Union Jack Piggy Bank
Around one in six (17%) respondents overestimate the value of the state pension by at least £880 a year (Reuters)

Thousands of retirees will be "totally or heavily" dependent on the UK's state pension fund this year as one in seven of those planning to retire have made no personal pension provisions.

The shocking research from insurer Prudential, which questioned more than 7,800 people, also revealed that two in ten (20%) of women say they have no pension savings compared with 7% of men.

The findings comes after the Chancellor George Osborne unveiled some radical retirement reforms in his budget, including a proposal which could see the need for an annuity being scrapped.

"The changes to pensions and how people can take their retirement income announced in the budget last month will provide savers and retirees with more choices," said Vince Smith-Hughes, retirement income expert at Prudential.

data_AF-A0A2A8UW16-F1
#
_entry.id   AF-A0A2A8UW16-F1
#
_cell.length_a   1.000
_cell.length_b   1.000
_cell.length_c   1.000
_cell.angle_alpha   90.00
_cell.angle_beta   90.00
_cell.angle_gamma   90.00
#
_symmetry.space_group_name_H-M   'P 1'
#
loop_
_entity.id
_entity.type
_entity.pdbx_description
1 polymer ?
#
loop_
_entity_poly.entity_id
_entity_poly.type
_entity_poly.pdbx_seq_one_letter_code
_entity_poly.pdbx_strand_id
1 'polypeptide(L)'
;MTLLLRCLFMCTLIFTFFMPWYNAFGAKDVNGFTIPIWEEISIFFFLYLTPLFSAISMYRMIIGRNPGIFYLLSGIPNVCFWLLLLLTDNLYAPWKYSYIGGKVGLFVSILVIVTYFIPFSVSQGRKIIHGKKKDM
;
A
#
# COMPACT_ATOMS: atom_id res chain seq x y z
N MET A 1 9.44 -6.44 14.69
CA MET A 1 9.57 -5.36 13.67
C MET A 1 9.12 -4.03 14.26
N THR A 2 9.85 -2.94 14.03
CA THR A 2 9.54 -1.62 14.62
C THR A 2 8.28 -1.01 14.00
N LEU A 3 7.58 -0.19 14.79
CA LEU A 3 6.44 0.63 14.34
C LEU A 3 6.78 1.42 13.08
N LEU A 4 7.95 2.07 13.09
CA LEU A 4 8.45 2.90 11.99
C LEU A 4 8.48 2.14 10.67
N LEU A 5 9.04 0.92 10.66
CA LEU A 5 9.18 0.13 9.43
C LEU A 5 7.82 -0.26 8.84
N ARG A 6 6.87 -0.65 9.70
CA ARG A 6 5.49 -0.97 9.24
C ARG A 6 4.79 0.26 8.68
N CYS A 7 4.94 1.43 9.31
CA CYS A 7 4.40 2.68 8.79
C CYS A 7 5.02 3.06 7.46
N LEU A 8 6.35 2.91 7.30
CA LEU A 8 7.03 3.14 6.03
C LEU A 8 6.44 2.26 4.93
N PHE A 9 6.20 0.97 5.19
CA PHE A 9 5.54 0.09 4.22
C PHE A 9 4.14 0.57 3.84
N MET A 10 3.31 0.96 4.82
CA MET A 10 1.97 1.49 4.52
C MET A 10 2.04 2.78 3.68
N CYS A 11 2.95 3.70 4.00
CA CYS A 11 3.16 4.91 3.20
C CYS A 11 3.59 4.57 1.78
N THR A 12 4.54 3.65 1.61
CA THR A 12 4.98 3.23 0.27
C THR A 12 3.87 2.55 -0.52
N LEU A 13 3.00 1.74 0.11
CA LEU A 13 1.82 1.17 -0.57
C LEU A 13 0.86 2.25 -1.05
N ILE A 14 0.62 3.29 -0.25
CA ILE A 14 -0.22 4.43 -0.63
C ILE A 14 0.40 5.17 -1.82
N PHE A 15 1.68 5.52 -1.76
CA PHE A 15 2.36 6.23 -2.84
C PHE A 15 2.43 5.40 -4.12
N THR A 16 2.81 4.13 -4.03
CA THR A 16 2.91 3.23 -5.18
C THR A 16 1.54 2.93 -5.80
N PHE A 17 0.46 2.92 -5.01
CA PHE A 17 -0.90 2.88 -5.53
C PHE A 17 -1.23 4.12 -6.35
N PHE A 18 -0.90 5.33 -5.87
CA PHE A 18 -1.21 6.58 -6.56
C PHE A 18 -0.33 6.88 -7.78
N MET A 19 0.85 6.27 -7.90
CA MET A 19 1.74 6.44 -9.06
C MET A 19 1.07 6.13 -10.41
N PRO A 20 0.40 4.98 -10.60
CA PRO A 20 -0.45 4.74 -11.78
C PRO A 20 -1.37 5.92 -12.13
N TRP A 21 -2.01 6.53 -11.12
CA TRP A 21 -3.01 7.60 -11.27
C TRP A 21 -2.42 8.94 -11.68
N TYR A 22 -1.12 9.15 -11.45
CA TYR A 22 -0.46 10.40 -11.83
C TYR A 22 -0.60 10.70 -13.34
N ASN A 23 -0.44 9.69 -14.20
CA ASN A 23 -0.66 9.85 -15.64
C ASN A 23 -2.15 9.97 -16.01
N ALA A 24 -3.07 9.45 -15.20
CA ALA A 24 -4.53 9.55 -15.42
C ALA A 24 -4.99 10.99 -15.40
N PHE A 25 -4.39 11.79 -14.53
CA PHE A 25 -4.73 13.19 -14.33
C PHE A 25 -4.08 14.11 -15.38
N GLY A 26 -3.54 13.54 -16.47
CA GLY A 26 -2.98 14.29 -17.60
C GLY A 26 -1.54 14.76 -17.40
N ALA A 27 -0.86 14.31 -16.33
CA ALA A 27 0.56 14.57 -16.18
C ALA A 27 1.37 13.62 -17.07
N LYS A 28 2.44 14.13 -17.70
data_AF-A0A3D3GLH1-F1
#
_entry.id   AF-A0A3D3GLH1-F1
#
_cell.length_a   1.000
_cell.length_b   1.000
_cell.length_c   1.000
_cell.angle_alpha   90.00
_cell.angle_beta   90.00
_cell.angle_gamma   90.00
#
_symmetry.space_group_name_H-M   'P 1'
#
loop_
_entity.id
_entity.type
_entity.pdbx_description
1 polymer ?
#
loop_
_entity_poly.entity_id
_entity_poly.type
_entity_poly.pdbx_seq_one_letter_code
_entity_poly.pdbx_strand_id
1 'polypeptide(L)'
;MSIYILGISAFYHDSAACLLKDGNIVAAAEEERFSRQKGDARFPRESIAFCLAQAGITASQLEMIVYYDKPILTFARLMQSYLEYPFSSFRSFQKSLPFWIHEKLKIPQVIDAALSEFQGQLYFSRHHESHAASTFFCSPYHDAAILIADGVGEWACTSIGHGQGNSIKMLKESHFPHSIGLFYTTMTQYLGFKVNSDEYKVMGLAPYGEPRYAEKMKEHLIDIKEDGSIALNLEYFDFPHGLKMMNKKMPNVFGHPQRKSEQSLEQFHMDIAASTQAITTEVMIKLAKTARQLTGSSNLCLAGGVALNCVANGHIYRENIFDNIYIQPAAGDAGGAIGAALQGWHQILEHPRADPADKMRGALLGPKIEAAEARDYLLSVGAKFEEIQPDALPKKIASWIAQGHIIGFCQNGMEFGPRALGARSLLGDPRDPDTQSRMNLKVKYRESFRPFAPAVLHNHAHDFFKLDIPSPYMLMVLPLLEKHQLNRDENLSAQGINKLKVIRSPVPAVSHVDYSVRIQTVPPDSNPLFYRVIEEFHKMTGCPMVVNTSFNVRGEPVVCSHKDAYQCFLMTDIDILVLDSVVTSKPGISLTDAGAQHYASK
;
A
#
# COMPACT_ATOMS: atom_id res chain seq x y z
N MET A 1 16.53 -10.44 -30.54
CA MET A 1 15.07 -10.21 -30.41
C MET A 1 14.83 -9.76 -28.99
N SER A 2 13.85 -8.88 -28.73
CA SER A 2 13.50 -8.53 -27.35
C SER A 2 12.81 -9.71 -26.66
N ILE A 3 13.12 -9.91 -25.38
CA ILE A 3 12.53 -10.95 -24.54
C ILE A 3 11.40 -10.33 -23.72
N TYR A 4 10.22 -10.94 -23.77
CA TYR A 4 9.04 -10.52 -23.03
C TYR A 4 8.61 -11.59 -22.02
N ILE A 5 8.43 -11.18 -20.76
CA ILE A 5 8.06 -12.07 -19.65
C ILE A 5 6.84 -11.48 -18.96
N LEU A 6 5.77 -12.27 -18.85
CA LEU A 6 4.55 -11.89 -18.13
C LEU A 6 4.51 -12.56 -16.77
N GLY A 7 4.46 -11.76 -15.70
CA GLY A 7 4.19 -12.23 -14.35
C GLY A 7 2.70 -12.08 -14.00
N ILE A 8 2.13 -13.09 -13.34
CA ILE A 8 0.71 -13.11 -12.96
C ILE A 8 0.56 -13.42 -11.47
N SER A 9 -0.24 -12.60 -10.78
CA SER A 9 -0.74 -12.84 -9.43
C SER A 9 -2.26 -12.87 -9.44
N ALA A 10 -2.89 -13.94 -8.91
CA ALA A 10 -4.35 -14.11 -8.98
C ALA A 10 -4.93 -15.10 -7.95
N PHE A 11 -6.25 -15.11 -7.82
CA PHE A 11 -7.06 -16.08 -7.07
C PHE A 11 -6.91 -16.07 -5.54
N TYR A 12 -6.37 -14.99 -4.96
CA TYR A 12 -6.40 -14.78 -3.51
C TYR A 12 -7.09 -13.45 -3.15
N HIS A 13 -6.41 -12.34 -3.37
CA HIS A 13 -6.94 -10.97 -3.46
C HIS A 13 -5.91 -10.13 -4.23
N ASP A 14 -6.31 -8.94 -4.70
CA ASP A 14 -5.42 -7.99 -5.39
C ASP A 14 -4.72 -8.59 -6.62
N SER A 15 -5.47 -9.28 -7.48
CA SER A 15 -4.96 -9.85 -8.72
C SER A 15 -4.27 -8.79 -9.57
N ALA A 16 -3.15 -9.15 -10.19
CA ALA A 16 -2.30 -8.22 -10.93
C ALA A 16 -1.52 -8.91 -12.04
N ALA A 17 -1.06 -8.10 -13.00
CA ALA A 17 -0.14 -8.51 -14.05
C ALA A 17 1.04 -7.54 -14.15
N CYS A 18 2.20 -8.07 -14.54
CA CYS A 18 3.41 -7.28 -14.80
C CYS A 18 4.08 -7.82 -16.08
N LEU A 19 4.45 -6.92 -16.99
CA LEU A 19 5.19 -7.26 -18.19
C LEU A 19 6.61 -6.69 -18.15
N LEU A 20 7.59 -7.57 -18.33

"However, they don't alter the fundamental fact that many people are not saving enough for a comfortable retirement."

The study also found that nearly one in five (18%) of those planning to retire this year will have an income below the Minimum Income Standard as defined by the Joseph Rowntree Foundation (JRF) – of at least £8,600 ($14,400, €10,439) a year for individuals.

The research also revealed that on average the state pension makes up 35% of an individual's total expected retirement income, which is the same proportion on average that is expected to come from company pension schemes.

But despite the widespread reliance on the state pension, Prudential said there is confusion among those planning to retire this year about how much the state pension is worth for an individual.

Nearly two in five (39%) either have no idea what the state pension is worth or think it is worth more than the £113.10 a week payable from April 2014.

Around one in six (17%) respondents overestimate the value of the state pension by at least £880 a year.